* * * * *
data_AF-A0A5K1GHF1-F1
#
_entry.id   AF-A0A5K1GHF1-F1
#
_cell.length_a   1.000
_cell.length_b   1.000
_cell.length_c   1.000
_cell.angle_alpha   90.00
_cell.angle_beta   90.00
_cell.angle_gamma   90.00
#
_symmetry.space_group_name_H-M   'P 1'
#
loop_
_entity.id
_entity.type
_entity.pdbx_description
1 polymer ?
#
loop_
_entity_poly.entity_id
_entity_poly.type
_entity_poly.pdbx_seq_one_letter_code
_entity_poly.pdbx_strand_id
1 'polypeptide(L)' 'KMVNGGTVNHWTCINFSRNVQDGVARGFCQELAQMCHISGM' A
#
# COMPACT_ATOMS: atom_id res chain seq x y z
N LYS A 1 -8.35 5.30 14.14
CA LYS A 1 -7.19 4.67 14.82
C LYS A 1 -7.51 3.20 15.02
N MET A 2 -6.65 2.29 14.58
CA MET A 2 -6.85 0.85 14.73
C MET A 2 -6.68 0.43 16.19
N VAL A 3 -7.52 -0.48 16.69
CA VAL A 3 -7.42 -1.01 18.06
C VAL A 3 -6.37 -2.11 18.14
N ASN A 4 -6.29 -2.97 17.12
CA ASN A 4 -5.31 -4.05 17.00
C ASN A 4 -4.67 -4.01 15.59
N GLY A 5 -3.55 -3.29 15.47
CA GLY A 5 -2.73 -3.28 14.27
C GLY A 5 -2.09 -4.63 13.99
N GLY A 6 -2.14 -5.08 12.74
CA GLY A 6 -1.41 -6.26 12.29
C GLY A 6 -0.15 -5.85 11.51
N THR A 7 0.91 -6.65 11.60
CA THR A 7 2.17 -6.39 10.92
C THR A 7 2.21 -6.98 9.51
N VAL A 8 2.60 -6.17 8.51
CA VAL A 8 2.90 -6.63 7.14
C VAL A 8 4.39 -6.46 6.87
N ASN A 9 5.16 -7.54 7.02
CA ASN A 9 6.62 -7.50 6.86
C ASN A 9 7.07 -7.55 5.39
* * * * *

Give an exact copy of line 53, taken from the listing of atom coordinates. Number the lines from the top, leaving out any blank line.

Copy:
CA ASN A 9 6.62 -7.50 6.86